Damping without getting wet
Modern vehicle suspension systems consist of highly sophisticated components, highlights our motoring man, Iain Robertson, that operate largely out-of-sight but also aid personal health, comfort and the overall safety of the driver and passengers.
In the earliest days of motorised travel, the rubber tyre, whether solid, or of a pneumatic, air-filled type, was an important way to improve comfort levels. However, vehicle engineers soon discovered that adding dampers into the equation would help to reduce the oscillations of the typical, undamped suspension spring.
Only the other day, I was driving a 1904 Vauxhall. A most advanced Edwardian vehicle, it was fitted with coil springs, not the more customary leaf-type. However, it also featured a very crude and only mildly effective damper system in the form of two wedges of wood placed within the centre of the spring that rubbed together, when the spring was compressed. It was innovative and was a rudimentary example of friction damping, if a bit bouncy!
Nowadays, we take suspension systems for granted. Yet, vehicle engineers regard them with the utmost importance. When new, the spring acts as a shock absorber and the damper allows only a strictly limited amount of spring movement. In doing so, it enhances effective stopping (especially in an emergency), reduces serious vehicle body weight transfer during cornering and both acceleration and braking, which also enables the vehicle’s electronic safety devices, such as antilock brakes and stability control, to work more efficiently.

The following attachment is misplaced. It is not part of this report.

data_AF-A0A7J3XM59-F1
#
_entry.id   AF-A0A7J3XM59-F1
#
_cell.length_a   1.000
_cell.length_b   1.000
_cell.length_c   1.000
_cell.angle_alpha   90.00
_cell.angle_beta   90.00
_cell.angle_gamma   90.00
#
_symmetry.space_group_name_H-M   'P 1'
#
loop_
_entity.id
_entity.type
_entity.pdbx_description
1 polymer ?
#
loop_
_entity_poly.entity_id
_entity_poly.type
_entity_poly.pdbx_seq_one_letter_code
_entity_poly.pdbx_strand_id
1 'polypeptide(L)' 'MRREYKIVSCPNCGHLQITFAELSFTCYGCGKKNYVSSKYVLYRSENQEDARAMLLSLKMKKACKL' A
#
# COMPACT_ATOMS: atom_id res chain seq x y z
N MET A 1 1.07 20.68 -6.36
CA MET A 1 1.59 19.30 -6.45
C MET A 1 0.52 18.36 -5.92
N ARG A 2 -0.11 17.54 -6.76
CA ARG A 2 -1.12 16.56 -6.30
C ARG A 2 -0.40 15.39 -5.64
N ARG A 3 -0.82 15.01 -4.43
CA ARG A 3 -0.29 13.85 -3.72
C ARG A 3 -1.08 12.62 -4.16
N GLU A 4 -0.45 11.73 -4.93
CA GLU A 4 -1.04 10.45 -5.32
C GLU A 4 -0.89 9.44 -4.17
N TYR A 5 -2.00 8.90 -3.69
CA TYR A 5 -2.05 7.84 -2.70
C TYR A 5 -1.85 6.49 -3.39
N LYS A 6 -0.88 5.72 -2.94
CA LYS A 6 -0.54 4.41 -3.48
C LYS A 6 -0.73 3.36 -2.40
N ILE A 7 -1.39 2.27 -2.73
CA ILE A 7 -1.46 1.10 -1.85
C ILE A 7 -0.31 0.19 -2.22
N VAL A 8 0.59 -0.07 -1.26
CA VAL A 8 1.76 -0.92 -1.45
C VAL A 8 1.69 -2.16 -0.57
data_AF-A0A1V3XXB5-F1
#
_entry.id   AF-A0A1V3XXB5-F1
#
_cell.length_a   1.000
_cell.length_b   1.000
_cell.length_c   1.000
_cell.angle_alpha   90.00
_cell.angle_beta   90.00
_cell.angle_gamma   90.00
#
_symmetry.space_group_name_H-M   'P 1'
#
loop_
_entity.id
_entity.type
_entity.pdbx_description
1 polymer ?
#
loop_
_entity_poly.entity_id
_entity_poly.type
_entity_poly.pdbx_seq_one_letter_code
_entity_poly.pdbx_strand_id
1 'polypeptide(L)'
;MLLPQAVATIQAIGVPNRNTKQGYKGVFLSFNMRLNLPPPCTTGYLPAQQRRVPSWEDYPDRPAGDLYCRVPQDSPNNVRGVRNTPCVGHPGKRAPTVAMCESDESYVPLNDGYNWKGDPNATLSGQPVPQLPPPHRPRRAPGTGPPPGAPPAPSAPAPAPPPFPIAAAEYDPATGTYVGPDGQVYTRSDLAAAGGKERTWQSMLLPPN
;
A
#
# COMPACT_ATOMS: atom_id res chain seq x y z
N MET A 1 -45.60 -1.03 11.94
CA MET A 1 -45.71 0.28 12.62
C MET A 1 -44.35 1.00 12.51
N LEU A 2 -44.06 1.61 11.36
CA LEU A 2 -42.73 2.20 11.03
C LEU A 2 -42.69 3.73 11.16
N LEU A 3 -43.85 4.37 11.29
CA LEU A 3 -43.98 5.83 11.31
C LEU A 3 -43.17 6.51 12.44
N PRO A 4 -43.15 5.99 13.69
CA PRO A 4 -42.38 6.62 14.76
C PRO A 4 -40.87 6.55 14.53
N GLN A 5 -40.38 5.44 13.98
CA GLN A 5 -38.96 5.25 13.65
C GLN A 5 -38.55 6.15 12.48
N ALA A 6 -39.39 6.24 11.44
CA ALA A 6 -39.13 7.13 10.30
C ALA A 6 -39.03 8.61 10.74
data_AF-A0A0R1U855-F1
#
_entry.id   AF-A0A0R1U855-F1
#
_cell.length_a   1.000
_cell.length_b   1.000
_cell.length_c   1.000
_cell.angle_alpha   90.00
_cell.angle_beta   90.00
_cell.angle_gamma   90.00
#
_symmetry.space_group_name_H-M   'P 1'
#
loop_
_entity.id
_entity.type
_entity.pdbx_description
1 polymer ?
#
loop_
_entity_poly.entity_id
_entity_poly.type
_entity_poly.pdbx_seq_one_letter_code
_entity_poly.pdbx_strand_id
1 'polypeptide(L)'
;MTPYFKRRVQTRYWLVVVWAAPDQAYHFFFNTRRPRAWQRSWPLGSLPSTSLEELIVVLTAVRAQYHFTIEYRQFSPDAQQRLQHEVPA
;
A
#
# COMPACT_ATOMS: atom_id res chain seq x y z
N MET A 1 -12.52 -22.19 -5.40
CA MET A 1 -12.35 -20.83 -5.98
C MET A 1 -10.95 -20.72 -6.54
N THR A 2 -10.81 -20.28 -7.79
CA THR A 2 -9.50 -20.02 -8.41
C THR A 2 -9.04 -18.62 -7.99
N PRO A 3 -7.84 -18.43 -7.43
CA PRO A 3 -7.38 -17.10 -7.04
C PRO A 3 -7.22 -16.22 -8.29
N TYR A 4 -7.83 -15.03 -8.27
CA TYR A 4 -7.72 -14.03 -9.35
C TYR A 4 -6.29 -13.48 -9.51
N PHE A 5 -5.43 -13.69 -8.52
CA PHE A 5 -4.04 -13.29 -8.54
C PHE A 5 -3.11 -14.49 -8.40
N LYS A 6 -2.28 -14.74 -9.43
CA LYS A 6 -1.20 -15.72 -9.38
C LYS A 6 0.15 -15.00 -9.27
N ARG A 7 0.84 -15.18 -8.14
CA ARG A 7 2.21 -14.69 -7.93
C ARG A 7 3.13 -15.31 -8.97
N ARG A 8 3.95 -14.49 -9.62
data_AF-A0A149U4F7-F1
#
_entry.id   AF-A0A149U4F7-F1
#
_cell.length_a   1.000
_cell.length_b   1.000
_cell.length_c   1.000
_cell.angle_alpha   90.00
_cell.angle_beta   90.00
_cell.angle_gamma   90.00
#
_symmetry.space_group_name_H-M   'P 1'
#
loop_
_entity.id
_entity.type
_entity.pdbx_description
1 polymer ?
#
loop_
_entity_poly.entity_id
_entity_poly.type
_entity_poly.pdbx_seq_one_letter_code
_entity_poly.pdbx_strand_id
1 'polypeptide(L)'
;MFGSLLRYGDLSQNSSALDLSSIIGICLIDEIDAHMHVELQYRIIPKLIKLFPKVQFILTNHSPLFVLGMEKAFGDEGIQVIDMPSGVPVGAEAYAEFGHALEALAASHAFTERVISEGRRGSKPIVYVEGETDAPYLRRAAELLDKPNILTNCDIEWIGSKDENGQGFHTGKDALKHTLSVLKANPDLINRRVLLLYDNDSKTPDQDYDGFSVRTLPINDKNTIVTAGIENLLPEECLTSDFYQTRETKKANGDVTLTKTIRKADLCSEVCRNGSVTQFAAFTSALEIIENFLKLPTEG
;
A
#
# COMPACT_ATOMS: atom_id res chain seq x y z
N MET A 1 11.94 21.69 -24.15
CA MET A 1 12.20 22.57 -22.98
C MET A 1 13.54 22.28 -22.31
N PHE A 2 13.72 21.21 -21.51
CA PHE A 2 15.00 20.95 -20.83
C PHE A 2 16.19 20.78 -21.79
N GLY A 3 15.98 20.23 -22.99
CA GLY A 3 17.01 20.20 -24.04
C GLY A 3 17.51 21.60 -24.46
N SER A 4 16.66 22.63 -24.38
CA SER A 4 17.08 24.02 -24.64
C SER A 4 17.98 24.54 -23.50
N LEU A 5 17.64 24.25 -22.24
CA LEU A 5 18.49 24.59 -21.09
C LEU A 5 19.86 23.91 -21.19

Yet, it is within the vehicle that the most obvious benefit is noticed. In a vehicle suffering from worn dampers, even a slight lack of spring control can promote car sickness for occupants and the responses provided to drivers can often make them feel as if the car is ‘out of their control’.
There are some ways by which you can carry out a damper check yourself. The old-fashioned way was to place your weight on one corner of the car and release it to see how many oscillations (up and down movements) would result. More than one-and-a-half motions might pinpoint that a damper was at the point of serious wear.
While that method still works, if you turn your car’s steering to full-lock and then peer beneath the wings at the suspension struts, should you spot any moist patches on the dampers, it might suggest that they are worn out…but it is not a reliable test. To be sure, you should take your car to a recognised repair centre.
Naturally, Mr Clutch is geared-up to deal with requests about suspension systems, whether they be for the highly sophisticated fluid types, as operated by some Citroen, or older MG-Rover models, or the more straight-forward coil and leaf spring types. The Mr Clutch technician will inform you about replacement dampers, or even worn springs, which take a lot longer to display wear characteristics, and whether you need them, or not. When you consider that this form of safety check might stop you from having a bad accident, it is highly worthwhile.
Our vehicles are subjected to daily bombardment from bad road surfaces, or overloading, or clumsy handling, perhaps clashing with kerbs, or even ‘sleeping policemen’. It is inevitable that suspension wear rates increase. Therefore, to be safe and secure, let Mr Clutch relieve you of that burden of getting wet, when there is a damper problem.